13; 95% CI, 1.02-1.22 per 1-cm increase in WC) and NAFLD.(108) In theDionysos study, NAFLD was present in 94%, 67%, and 24.5% of the obese,overweight, and normal weight populations, respectively. Although themechanisms responsible for the increased risk of NAFLD with abdominal obesityhave not been fully elucidated, current findings suggest that obesity leads toinsulin resistance, which, in turns, leads to NAFLD.
At the other end of thedistribution, data on the prevalence of NAFLD among high-risk individuals withsevere obesity have become widely published. On average, these studies reportedthat 76% (range 33 to 99%) of the patients undergoing bariatric surgery havesteatosis, 37% (range 9.8 to 72.5%) have NASH, 23% (range 7.3 to 49%) fibrosis,and 5.8% (range 1.6 to 10%) cirrhosis.Several studies have described ahigher prevalence of NAFLD among people with type 2 diabetes compared withnondiabetics, with prevalence estimates ranging from 40% to 69.
5%. Moreover, arecent case-control study using proton-MRS demonstrated that people with type 2diabetes have on average 80% more liver fat than age-, weight-, and sex-matchedcontrols. This difference was not explained by the type of medications used.Furthermore, aspartate aminotransferase (AST) and alanine aminotransferase(ALT)underestimated liver fat content among people with diabetes; for any given ALTor AST level, adults with type 2 diabetes had 40 to 200% more liver fat thannondiabetic adults.Patients with type 2 diabetes not only have a higherprevalence of NAFLD, but also appear to have more severe forms of the disease,including NASH and fibrosis.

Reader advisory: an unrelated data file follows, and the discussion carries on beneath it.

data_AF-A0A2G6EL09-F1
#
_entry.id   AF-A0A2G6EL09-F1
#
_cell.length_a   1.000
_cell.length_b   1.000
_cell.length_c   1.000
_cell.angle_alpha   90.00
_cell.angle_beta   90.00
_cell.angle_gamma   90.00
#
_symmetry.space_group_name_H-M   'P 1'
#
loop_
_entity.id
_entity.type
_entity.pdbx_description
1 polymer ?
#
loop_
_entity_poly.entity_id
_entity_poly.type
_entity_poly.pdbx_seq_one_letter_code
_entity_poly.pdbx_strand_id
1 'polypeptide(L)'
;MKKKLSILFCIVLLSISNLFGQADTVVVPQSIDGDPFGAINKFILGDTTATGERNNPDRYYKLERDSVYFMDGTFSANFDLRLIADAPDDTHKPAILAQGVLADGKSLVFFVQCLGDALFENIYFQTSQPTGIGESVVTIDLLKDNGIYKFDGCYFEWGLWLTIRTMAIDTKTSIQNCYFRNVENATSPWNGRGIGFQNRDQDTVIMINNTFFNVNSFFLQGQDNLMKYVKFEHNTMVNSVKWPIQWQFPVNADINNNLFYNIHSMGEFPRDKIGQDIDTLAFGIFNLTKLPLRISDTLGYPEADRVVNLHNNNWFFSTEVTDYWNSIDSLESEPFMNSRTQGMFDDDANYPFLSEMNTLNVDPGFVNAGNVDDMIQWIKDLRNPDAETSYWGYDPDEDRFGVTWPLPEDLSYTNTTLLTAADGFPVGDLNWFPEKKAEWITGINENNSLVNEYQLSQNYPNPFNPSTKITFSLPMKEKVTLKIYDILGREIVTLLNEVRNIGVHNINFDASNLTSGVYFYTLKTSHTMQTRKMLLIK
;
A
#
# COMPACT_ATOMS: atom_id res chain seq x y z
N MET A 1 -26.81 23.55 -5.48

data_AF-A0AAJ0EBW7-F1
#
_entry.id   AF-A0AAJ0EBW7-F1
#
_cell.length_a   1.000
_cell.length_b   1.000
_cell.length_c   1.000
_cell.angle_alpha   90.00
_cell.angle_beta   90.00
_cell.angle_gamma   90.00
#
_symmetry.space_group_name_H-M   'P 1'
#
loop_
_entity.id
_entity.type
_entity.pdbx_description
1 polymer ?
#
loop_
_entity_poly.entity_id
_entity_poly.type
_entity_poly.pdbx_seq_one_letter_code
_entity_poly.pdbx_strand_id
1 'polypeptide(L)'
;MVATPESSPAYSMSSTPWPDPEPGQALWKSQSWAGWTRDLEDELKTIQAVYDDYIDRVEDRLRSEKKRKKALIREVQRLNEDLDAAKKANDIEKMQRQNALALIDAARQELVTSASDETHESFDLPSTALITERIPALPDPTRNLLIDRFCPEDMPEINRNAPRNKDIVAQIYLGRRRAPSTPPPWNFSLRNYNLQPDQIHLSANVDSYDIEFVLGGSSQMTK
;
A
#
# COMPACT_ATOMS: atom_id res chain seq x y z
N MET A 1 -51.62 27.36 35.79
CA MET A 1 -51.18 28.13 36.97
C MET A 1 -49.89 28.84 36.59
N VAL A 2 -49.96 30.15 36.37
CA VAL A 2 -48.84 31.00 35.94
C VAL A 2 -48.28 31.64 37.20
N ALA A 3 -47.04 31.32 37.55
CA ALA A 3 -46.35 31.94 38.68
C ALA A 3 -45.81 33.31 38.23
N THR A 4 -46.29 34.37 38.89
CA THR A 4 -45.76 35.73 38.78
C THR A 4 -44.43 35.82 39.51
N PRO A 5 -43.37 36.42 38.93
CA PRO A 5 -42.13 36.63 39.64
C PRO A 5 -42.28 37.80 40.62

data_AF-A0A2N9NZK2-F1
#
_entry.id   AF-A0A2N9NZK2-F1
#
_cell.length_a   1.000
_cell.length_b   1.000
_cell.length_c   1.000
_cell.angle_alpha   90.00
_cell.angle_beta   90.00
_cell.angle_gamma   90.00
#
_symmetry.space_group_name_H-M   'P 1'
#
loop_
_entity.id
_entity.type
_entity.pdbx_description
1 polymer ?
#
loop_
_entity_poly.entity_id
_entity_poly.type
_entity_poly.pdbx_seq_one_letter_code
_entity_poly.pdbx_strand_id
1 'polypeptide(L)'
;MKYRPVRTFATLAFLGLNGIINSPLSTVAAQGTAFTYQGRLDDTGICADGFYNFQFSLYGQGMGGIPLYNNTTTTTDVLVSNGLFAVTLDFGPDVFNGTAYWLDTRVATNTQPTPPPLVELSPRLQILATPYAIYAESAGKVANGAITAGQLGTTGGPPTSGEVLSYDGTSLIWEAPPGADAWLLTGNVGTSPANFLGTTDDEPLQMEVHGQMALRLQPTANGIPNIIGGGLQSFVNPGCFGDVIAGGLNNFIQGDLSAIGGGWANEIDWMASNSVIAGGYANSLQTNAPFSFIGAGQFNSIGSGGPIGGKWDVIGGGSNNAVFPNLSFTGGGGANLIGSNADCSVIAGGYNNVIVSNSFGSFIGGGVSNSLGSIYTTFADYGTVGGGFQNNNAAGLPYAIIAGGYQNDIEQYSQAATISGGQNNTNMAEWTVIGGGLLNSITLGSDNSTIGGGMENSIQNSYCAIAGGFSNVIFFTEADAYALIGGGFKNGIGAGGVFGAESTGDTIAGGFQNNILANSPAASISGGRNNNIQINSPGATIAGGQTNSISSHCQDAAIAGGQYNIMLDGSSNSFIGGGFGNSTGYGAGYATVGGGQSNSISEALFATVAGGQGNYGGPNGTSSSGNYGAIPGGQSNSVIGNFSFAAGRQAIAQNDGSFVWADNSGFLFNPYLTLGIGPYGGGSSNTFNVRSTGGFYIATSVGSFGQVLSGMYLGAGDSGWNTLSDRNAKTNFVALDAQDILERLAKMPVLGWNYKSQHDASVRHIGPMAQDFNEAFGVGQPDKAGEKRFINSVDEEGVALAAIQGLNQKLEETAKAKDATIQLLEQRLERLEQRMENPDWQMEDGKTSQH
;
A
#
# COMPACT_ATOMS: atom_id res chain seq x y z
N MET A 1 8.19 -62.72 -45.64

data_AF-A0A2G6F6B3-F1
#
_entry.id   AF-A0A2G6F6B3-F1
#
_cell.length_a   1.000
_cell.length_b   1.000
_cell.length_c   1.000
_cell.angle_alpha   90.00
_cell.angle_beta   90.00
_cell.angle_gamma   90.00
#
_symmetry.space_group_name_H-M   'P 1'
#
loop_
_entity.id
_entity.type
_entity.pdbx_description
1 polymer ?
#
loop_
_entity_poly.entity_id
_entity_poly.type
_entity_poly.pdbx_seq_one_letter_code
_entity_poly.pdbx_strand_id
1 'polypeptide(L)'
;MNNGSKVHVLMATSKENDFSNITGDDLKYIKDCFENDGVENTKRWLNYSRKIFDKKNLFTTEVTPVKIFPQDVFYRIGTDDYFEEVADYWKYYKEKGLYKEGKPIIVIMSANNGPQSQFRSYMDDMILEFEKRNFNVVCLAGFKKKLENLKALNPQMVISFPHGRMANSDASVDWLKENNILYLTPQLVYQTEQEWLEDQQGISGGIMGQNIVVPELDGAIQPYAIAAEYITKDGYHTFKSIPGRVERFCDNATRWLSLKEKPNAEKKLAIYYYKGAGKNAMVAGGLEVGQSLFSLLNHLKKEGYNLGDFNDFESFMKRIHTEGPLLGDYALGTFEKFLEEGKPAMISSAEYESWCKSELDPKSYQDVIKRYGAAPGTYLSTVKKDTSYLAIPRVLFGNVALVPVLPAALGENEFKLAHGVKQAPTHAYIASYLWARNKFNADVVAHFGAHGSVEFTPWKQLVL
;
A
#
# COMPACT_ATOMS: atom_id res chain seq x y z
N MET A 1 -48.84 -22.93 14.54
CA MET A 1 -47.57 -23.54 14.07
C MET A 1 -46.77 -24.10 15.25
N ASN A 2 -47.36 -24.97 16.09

Dyslipidemia: Dyslipidemia that is characterized by hightriglyceride (TG) and low high-density lipoprotein cholesterol (HDL-C) levels predisposespatients to arthrosclerosis. Approximately 20–80% of NAFLD patients also havedyslipidemia. The prevalence of NAFLD inindividuals with dyslipidemia attending lipid clinics has been estimated to be50%.(29,30) A very common change in the metabolic profile among patients withT2DM, MS, and obesity is an alteration of serum lipid levels (dyslipidemia),suggesting a close relationship between T2DM, MS, and obesity and NAFLD.